Most organisations funded by Nominet Trust will use some form of survey or questionnaire in the process of evaluating their projects. The advantage to this approach is that it makes it possible to capture beneficiaries’ perceptions and subjective experiences, in addition to their observed external behaviours. This is an important aspect of the evaluation process as many of the changes that Nominet Trust projects are seeking to effect (e.g. increased confidence, greater awareness, reduced social isolation, etc.) can be difficult to measure purely by external observation. more >
People argue a lot about evaluation and ‘social impact analysis’ (see, they even argue about what it should be called). They especially love to argue about the ‘best’ way to do it. Like whether you should or shouldn’t have an external evaluator, or whether you should or shouldn’t do a Randomised Controlled Trial (RCT). Frankly, it can get a bit confusing – so how do you know the best way to ‘do’ an evaluation? Especially if you're working in social innovation. The answer is that there is no ‘best’ way. more >
Like all social investors, Nominet Trust wants to find satisfying and consistent ways to describe the value created through the funds we distribute. Data - open, big and otherwise - is a central component in this process, but how do we determine what, amongst the expanding vastness of the counted and the countable, really counts?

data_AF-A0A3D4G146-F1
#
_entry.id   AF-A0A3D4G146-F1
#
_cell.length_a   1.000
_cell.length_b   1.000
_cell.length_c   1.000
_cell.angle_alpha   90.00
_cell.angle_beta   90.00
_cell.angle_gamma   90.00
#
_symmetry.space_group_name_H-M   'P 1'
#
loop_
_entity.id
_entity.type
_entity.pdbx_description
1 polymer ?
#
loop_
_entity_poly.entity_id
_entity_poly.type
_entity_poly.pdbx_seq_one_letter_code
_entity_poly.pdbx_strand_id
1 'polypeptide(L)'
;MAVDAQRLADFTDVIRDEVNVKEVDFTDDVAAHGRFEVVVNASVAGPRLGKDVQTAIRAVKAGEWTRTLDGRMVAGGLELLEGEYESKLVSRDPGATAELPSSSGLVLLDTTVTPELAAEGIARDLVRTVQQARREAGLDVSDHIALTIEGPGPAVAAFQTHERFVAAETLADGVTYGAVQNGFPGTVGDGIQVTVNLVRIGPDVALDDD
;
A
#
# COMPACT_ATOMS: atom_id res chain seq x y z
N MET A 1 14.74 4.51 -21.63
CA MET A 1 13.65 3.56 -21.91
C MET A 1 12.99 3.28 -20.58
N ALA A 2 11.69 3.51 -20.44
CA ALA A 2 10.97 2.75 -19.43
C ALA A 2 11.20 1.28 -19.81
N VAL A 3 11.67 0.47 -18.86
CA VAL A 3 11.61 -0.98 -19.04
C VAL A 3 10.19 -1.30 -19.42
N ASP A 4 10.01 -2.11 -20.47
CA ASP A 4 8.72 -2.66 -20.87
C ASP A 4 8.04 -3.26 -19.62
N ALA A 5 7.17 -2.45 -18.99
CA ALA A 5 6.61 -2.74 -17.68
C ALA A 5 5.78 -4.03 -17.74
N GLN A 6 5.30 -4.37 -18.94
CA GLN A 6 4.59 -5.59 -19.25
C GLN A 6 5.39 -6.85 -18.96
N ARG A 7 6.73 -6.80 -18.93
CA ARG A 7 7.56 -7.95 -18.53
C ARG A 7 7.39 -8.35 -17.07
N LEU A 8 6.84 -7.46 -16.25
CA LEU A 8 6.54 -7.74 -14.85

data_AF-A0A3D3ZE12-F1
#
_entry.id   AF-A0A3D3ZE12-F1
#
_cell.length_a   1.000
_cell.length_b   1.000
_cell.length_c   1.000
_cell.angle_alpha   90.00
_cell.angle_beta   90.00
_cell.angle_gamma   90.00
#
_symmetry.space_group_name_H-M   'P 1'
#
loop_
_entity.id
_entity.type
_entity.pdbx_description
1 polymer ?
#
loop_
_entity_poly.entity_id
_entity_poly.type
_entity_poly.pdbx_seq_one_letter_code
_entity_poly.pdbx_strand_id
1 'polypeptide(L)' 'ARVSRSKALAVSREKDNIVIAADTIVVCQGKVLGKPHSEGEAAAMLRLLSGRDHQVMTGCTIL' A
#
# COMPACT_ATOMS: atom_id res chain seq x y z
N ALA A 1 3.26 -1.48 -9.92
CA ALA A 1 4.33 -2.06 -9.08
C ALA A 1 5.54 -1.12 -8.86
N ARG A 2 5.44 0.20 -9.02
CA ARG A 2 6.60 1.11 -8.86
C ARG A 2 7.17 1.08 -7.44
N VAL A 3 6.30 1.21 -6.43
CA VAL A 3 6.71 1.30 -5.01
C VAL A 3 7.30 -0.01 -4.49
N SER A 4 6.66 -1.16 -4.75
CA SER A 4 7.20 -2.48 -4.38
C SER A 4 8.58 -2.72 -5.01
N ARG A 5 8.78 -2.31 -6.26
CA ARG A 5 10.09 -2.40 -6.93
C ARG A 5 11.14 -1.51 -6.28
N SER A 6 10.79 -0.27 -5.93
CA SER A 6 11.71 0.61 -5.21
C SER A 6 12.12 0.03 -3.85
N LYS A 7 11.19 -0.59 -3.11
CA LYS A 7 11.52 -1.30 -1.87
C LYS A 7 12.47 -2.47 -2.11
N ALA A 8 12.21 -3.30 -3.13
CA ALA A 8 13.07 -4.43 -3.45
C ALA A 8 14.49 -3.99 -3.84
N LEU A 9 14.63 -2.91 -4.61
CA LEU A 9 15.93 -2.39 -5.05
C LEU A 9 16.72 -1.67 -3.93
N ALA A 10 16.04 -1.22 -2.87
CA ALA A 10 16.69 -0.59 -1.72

In my last post, I said I’d talk a bit more about knowledge mapping. I’m particularly interested in this area because while information retrieval through search engines is rather well supported for individuals engaging in fairly short factual retrieval, longer and collaborative tasks have relatively less tools for their facilitation. So this is an interesting area from an information management perspective in general.
In her recent Nominet Trust blog Annika talked about the ways Nominet Trust is trying to make sense of the information they have on how technology might be used to open up new opportunities. Creating stories, spotting themes, and mapping ideas have been key to this work. more >